According to the Barbados National Registry, cardiovascular disease and stroke are among the leading causes of illness and death in adult males.
And, in collaboration with the Barbados Heart & Stroke Foundation, the Ministry of Health is creating policies and programmes to reduce these numbers.
This assurance was given by Chief Medical Officer, Dr. Joy St. John, at the launch of the video, Staying Alive ~ Caribbean Style, produced by the Heart & Stroke Foundation of Barbados, at the Fairmont Royal Pavilion Hotel last Saturday evening to mark World Heart Day. This year’s emphasis highlights cardiovascular disease prevention in women and children.
While pointing out that traditionally, much of the research into cardiovascular disease had concentrated on investigating how males had been affected, Dr. St. John noted that in recent times more emphasis was being placed on research related to women, their risk factors and outcomes with cardiovascular disease.
“For instance, it is widely known that until women reach menopause they have a lower risk of cardiovascular disease than men. However, men over the age of 55 and post-menopausal women share a same risk profile for heart disease,” she revealed.
She noted that the Ministry had recently partnered with the Foundation to implement Jump Rope for Heart – a skipping rope project in primary schools, in an effort to encourage physical activity among this age group. She reported that the project had been well received by children and teachers and was a source of much enjoyment for the children involved.
“This focus on children is particularly timely, given concerns among the global public health community about the rising trend in childhood obesity and its long-term effects. In this regard, the Ministry of Health is well aware that the adoption of unhealthy behaviours which occurs early on in life, such as poor nutrition choices, physical inactivity and tobacco use, can have long-term effects on the health of the young people as they grow into adult life.
To this end, the Ministry of Health has undertaken a number of initiatives to help children to inculcate healthy behaviours and attitudes. These include the development of guidelines on healthy food in schools. Work is on-going to fully implement these guidelines which offer guidance on menus, food preparation methods and portion sizes related to the availability of food in the school environment,” the CMO outlined.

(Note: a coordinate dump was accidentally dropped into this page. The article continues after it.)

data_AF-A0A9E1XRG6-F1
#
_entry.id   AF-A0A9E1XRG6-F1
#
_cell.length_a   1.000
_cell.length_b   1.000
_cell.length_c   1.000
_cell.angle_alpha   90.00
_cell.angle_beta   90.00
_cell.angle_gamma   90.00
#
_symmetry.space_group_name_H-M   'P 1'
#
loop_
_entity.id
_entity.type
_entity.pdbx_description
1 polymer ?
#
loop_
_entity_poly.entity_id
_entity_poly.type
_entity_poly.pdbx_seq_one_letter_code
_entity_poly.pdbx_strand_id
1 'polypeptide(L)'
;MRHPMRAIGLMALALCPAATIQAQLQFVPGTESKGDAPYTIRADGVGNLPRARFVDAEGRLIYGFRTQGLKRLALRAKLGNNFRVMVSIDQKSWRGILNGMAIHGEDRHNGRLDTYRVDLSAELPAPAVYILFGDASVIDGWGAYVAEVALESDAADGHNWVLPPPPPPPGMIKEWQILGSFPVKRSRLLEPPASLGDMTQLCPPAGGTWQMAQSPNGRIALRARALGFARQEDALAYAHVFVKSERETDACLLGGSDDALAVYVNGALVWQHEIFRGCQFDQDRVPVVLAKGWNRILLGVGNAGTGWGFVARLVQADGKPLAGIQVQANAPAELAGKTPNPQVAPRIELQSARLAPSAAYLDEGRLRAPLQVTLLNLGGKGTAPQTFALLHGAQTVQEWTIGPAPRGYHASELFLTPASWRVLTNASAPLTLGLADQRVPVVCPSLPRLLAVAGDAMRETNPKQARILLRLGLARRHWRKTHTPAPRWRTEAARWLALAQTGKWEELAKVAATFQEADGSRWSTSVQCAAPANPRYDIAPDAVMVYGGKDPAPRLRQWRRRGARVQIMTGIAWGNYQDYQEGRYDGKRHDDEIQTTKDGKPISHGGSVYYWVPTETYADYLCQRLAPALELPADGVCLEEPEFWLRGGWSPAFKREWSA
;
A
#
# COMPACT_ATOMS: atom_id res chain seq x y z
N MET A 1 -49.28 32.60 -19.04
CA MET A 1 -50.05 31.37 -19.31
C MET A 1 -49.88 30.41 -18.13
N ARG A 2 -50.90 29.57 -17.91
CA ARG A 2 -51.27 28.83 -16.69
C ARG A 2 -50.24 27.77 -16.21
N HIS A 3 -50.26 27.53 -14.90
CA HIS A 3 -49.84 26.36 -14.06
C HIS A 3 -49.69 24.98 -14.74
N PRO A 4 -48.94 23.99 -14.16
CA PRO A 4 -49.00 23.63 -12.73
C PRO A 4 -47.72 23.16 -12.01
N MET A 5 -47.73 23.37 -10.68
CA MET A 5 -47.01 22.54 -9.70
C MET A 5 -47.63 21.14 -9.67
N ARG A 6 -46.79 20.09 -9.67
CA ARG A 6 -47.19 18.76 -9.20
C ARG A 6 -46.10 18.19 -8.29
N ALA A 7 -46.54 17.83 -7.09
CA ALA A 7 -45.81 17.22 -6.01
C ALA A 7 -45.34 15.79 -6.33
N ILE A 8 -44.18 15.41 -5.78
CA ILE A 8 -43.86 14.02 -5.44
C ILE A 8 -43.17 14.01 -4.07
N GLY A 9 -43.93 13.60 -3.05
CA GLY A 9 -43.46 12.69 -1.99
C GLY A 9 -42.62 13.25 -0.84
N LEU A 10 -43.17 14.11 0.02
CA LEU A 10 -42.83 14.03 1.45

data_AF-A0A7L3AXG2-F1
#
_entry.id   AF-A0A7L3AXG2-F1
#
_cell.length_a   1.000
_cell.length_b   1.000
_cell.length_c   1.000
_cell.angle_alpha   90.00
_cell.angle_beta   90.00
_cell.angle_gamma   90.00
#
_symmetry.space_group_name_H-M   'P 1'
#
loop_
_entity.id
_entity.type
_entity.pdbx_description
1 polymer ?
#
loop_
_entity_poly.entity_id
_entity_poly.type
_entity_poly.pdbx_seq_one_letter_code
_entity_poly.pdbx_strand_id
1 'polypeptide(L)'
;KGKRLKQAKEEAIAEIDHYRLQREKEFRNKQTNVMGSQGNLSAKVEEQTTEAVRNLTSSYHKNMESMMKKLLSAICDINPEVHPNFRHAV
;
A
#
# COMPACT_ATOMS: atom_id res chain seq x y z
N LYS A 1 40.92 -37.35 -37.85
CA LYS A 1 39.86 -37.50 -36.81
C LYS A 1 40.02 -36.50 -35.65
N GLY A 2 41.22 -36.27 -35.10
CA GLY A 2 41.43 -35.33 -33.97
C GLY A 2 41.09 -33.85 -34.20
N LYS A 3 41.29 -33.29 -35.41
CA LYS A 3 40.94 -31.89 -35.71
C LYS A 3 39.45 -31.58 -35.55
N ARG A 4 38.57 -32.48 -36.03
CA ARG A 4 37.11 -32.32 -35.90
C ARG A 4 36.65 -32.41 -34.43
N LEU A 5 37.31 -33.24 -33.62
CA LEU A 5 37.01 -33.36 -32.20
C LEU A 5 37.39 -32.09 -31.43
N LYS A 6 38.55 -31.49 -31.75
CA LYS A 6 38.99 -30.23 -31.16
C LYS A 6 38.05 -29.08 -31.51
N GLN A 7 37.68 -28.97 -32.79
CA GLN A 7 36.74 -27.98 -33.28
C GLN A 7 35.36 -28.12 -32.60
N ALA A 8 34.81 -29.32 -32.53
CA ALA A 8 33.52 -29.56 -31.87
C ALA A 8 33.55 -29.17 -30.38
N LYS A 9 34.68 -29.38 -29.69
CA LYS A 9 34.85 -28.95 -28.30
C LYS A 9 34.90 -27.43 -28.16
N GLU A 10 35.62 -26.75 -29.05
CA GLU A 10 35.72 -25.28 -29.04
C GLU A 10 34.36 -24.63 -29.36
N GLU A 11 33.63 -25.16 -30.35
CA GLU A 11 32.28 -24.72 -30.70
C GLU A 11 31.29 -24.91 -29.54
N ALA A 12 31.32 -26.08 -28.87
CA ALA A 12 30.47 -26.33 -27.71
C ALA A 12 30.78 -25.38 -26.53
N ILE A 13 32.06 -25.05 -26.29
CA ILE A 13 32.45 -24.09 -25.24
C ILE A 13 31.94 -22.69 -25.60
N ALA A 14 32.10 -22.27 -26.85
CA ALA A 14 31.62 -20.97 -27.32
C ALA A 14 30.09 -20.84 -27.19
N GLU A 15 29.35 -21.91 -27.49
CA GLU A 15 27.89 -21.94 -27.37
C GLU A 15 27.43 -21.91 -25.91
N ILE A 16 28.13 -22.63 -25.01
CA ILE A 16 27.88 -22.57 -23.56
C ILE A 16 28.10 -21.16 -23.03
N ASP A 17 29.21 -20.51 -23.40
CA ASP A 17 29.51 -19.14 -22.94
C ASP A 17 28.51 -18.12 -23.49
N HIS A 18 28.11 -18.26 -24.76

She mentioned that an “all of society or inter-sectoral approach” was needed to tackle cardiovascular and other non-communicable diseases.
As such the partnership with the Heart & Stroke Foundation, through a service level agreement that purchased tertiary cardiac rehabilitation services, allowed stroke patients who did not require in-hospital care, to be able to access rehabilitation services in the public primary health care setting.
Chief Executive Officer of the Foundation, Gina Pitts, Staying Alive, which highlights emergency cardiac care, was directed by Carlos Cobham and dedicated to the memory of one the Foundation’s benefactors, William Hassell.
The main actors in the production are Carl Padmore, Myrna Squires and Anderson Armstrong and the very serious message of the reality of heart disease was blended with humour and music to capture people’s attention. It was written by Pitts.
On that evening, five automated external defibrillators were also presented by the CEO to representatives of the National Stadium, the Aquatic Centre, the National Sports Council, the Wildey Gymnasium and the Barbados Community College.
An AED is a portable device that checks the heart rhythm and if needed, can send an electric shock to the heart to try to restore a normal rhythm. AEDs are used to treat sudden cardiac arrest. (BGIS)